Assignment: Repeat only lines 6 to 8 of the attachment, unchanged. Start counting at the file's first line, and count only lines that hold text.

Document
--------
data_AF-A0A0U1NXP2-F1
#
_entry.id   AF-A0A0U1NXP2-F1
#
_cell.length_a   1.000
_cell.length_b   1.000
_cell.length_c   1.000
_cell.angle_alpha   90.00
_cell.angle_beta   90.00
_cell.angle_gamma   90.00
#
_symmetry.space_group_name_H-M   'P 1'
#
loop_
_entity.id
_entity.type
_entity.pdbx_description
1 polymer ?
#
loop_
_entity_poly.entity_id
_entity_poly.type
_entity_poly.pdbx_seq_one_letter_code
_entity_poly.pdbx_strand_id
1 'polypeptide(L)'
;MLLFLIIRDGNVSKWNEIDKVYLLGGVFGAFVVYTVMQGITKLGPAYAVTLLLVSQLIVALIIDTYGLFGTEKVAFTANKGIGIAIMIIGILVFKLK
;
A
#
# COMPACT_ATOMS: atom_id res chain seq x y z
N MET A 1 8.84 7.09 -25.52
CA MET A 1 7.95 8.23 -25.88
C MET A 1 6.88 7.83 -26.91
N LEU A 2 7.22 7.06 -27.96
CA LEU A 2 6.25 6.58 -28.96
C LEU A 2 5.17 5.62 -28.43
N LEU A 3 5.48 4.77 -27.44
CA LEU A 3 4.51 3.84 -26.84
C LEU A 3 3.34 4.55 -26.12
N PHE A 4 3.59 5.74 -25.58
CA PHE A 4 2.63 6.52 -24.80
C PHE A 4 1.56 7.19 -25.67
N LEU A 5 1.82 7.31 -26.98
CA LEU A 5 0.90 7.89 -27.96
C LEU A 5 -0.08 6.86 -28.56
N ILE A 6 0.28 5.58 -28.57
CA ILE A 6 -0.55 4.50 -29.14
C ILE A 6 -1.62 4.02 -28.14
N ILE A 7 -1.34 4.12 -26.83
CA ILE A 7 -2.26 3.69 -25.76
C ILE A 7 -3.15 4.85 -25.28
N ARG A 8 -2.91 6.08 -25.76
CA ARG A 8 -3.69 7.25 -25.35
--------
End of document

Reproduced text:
_cell.length_b   1.000
_cell.length_c   1.000
_cell.angle_alpha   90.00